‘Power of the Commission Hearings’ in Torrance

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During the Los Angeles hearings of the Commission on Wartime Relocation and Internment of Civilians in August 1981, Lillian Baker tries to grab Nisei veteran Jim Kawaminami's testimony from his hands. Baker, a controversial conservative author and lecturer from Gardena, denied that Japanese Americans were incarcerated during World War II.

During the Los Angeles hearings of the Commission on Wartime Relocation and Internment of Civilians in August 1981, Lillian Baker tries to grab Nisei veteran Jim Kawaminami’s testimony from his hands. Baker, a controversial conservative author and lecturer from Gardena, denied that Japanese Americans were incarcerated during World War II. (Unity Newspaper)

TORRANCE — “Power of the Commission Hearings: First-Person Voices of Japanese American Incarceration,” sponsored by the Japanese American Historical Society of Southern California, Nikkei for Civil Rights & Redress, Visual Communications, and the Torrance Public Library, will be held on Saturday, May 3, from 1 to 3 p.m. in the Community Meeting Room at the Katy Geissert Civic Center Library, 3301 Torrance Blvd., Torrance.

In 1981, Japanese Americans spoke out for redress at the Commission on Wartime Relocation and Internment of Civilians (CWRIC) hearings across the country. The Los Angeles hearing was one of the few that was videotaped. Preserved by NCRR and VC, these testimonies galvanized a grassroots campaign for redress, resulting in the signing of the Civil Liberties Act of 1988, which authorized $20,000 and an apology for those who were interned.

Panelists from NCRR and testifiers from the South Bay will share insights from the hearings and the impact the hearings had on their lives and the community. Excerpts from the hearings will be shown with special attention to South Bay testimonies.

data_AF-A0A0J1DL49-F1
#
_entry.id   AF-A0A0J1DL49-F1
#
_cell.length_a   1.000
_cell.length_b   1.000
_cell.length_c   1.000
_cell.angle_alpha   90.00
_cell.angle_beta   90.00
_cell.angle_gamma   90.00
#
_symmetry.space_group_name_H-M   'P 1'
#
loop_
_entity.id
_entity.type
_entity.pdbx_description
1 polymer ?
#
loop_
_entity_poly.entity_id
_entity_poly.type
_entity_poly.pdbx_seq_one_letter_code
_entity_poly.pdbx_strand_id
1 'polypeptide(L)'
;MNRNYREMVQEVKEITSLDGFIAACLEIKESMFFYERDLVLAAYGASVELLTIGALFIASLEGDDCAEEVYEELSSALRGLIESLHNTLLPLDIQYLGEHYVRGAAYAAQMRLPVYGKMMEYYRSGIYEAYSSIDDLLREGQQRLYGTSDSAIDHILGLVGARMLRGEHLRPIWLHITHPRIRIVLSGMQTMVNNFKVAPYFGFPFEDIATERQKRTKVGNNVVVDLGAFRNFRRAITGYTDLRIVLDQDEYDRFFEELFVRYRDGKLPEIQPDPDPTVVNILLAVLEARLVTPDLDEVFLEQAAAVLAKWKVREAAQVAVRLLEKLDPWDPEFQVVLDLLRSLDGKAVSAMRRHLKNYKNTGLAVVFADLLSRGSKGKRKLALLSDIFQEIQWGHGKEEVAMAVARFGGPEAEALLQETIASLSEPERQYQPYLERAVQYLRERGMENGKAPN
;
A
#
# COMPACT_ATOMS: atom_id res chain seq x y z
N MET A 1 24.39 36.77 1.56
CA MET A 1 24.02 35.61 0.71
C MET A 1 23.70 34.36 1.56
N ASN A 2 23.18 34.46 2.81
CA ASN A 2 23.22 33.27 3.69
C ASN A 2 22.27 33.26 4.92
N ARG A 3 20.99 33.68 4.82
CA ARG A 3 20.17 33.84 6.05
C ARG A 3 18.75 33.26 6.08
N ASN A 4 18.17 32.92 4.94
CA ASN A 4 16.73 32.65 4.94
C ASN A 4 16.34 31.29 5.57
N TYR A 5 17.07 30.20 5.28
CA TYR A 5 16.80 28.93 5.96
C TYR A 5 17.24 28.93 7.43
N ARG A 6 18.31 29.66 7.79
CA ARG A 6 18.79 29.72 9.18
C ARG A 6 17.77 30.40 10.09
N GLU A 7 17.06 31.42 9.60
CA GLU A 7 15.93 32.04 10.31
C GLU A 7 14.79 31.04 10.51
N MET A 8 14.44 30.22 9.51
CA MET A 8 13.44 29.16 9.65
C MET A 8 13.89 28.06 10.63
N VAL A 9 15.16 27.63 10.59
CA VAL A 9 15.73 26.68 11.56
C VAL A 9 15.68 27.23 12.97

Among the testifiers from the South Bay to be shown via video are Alice Nehira, Kuniko Sato, Yayoi Ono, Mas Tanibata, Warren Furutani and Mas Fukai. Any other people who testified at the hearings are encouraged to come and share their experiences during the Q&A.

Lane Hirabayashi, Ph.D., a full professor in the Department of Asian American Studies at UCLA, where he is also the inaugural George and Sakaye Aratani Chair in Japanese American Incarceration, Redress, and Community, will moderate the program with panelists Aiko Herzig-Yoshinaga, Miya Iwataki, Kay Ochi, Charlie Hamasaki and Roy Nakano.

Opening the program will be an eight-minute video of the L.A. hearings that will act as an overview. “Closing the program will be a clip of (UCLA) Professor Yuji Ichioka’s testimony, which is very powerful and acts as a great summation of what the hearings represented for Japanese Americans,” stated Steve Nagano, who has excerpted the video testimonies for this event.

Copies of “Speaking Out for Justice” by Aiko Herzig-Yoshinaga and Marjorie Lee of UCLA, which catalogs all of the testimonies, will be available for sale. The program is free and open to the public.

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